December 18, 2002
Poor societies can’t afford to protect the environment. This emerging conventional wisdom, long embraced by United Nations agencies and conservative think-tanks alike, now has adherents among Western government agencies, among traditional economists, and among popular writers.
As put by Bjorn Lomborg, best-selling author of The Skeptical Environmentalist and a weather vane for coming environmental beliefs: "Environmental development often stems from economic development. Only when we get sufficiently rich can we afford the relative luxury of caring about the environment."
In his wide-eyed embrace of this view, however, Mr. Lomborg left his skepticism behind. He and the others have it backwards. Environmental harm usually occurs at an economic cost, whether in rich or poor societies. When we harm the environment, we generally harm the economy as well.
NAFTA’s Commission for Economic Co-operation, an often sensible official environmental watchdog, is the latest body to endorse this environmental canard. In Free Trade and the Environment: The Picture Becomes Clearer, a study released earlier this week, the watchdog tries to understand why the pre-NAFTA predictions of doom so spectacularly failed to materialize. Part of the answer, it has decided, is the Environmental Kuznets Curve (see graph), which peaks at US$5,000 per year.
The more societies earn, the more they pollute, until they reach the magic figure of US$5,000 per capita. After that, the more they earn, the less they pollute, the commission’s report states confidently, publishing the graph – shaped in the form of a perfect molehill – to give the report an air of scientific certainty.
Just as confidently, the commission explains that new research shows that the relationship between income and pollutants only applies to certain pollutants – NOx, SOx, and BOD – and only part of the time. The Environmental Kuznets Curve, it turns out, is reliable, except when it is not. At higher incomes, SOx emissions start to take off again – the molehill becomes a mountain. For other environmental worries – greenhouse gases, forests, habitat degradation – the Environmental Kuznets Curve doesn’t apply at all: Instead, the graph goes ever upward. Here poverty is a protector of the environment.
"What is clear is that some evidence supports the economic growth/environmental improvement view of the world, and other evidence clearly refutes it," the report says hazily, before turning to what is unclear. "What remains unclear is the question of linear causality: Has free trade been the cause either of environmental improvements or degradation? And does it much matter?"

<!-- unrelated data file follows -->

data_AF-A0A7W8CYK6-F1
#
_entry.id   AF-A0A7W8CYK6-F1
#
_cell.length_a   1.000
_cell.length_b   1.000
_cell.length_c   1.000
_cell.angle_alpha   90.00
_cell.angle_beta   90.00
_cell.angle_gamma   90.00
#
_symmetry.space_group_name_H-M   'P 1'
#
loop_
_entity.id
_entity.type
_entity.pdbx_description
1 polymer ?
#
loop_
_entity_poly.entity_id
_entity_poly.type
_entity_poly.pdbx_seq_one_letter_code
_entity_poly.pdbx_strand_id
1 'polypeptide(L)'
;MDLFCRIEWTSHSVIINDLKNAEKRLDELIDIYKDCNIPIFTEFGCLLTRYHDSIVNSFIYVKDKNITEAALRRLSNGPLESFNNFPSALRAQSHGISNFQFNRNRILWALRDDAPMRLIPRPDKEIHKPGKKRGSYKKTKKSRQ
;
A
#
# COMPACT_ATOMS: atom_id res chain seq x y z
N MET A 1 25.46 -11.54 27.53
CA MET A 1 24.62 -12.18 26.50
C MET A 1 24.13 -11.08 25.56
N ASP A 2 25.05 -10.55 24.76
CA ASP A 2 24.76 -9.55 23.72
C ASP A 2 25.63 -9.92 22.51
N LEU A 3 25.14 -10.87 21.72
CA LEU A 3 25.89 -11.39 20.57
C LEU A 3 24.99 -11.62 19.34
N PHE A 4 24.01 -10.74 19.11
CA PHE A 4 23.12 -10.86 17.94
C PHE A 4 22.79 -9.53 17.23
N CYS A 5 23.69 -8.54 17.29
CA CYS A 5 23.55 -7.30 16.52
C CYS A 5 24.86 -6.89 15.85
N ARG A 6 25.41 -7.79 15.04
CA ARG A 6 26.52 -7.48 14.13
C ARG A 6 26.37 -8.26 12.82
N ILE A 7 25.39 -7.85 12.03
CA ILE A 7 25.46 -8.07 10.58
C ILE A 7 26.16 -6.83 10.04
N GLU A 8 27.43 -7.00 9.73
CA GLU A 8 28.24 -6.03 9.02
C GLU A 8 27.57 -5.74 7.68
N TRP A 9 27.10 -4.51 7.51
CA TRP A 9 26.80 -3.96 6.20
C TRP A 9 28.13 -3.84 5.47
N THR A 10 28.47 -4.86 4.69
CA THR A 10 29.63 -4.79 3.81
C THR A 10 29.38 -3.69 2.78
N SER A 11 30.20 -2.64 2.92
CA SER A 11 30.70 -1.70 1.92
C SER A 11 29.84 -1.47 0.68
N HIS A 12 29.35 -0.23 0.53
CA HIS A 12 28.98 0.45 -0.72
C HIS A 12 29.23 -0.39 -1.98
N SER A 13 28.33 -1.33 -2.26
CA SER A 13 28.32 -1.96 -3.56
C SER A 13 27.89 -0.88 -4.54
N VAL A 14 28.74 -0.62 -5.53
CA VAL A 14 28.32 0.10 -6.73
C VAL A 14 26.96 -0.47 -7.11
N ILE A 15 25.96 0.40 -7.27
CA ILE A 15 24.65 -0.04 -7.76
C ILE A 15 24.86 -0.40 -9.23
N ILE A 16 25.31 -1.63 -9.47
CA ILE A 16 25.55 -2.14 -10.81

The commission’s report – a parody of science – helps no one understand the cause of environmental degradation. For the benefit of the NAFTA commission, for the benefit of Mr. Lomborg, for the benefit of the conservative think-tanks, and for the benefit of all who want to understand the underlying cause of all environmental destruction, let me provide the long and short of it: An absence of strong property rights leads to a resource’s environmental destruction; the presence of strong property rights leads to its sustainable use. People tend to protect their own property, both by managing it sustainably and, when they have rights, by stopping polluters who would devalue it. The most polluted, most environmentally degraded countries in the world are those without property rights; the cleanest are those where property rights are most respected.
The United Kingdom, which transformed its economy in the 1980s and 1990s by privatizing much of its water, power, coal, gas, transportation, steel and other industries, illustrates the environmental benefit that results: Following the privatizations, the U.K. had the Western world’s most improved environment, with vastly improved water quality and vastly reduced air emissions. The economic competition that accompanied the U.K.’s free market reforms – because they rewarded industries that used resources most efficiently – added to the environment’s sustainability. The only countries besting the U.K.’s environmental advance, in fact, came from the communist East Bloc, which had even less respect for property rights and free markets prior to the collapse of the Berlin Wall.